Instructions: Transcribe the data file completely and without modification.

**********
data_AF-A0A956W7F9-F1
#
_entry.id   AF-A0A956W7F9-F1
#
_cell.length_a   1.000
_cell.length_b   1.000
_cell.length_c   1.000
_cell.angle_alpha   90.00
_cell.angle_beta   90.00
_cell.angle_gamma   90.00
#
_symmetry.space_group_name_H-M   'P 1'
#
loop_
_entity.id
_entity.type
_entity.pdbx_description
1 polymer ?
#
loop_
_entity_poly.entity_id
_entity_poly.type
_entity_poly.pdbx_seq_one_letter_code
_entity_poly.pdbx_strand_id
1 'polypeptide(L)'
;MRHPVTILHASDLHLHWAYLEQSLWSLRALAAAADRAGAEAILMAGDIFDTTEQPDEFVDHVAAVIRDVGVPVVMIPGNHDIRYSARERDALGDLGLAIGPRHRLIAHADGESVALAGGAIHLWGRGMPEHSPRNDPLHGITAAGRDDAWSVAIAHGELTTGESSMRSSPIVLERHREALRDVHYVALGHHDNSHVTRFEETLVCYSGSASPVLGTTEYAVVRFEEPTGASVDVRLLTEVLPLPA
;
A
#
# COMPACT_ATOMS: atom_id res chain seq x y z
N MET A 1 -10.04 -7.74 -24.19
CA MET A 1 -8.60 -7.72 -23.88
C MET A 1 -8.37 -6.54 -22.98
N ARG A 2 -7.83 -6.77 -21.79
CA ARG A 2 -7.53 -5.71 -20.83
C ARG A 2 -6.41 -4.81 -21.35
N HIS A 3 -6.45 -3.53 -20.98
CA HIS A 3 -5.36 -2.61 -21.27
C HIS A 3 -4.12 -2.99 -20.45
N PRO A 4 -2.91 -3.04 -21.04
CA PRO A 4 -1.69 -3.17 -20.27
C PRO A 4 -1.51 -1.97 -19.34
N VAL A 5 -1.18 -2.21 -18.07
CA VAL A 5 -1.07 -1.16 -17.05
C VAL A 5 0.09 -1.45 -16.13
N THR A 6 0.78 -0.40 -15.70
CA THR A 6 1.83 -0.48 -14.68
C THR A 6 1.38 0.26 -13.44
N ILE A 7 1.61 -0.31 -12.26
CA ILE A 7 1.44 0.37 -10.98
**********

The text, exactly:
data_AF-A0A956W7F9-F1
#
_entry.id   AF-A0A956W7F9-F1
#
_cell.length_a   1.000
_cell.length_b   1.000
_cell.length_c   1.000
_cell.angle_alpha   90.00
_cell.angle_beta   90.00
_cell.angle_gamma   90.00
#
_symmetry.space_group_name_H-M   'P 1'
#
loop_
_entity.id
_entity.type
_entity.pdbx_description
1 polymer ?
#
loop_
_entity_poly.entity_id
_entity_poly.type
_entity_poly.pdbx_seq_one_letter_code
_entity_poly.pdbx_strand_id
1 'polypeptide(L)'
;MRHPVTILHASDLHLHWAYLEQSLWSLRALAAAADRAGAEAILMAGDIFDTTEQPDEFVDHVAAVIRDVGVPVVMIPGNHDIRYSARERDALGDLGLAIGPRHRLIAHADGESVALAGGAIHLWGRGMPEHSPRNDPLHGITAAGRDDAWSVAIAHGELTTGESSMRSSPIVLERHREALRDVHYVALGHHDNSHVTRFEETLVCYSGSASPVLGTTEYAVVRFEEPTGASVDVRLLTEVLPLPA
;
A
#
# COMPACT_ATOMS: atom_id res chain seq x y z
N MET A 1 -10.04 -7.74 -24.19
CA MET A 1 -8.60 -7.72 -23.88
C MET A 1 -8.37 -6.54 -22.98
N ARG A 2 -7.83 -6.77 -21.79
CA ARG A 2 -7.53 -5.71 -20.83
C ARG A 2 -6.41 -4.81 -21.35
N HIS A 3 -6.45 -3.53 -20.98
CA HIS A 3 -5.36 -2.61 -21.27
C HIS A 3 -4.12 -2.99 -20.45
N PRO A 4 -2.91 -3.04 -21.04
CA PRO A 4 -1.69 -3.17 -20.27
C PRO A 4 -1.51 -1.97 -19.34
N VAL A 5 -1.18 -2.21 -18.07
CA VAL A 5 -1.07 -1.16 -17.05
C VAL A 5 0.09 -1.45 -16.13
N THR A 6 0.78 -0.40 -15.70
CA THR A 6 1.83 -0.48 -14.68
C THR A 6 1.38 0.26 -13.44
N ILE A 7 1.61 -0.31 -12.26
CA ILE A 7 1.44 0.37 -10.98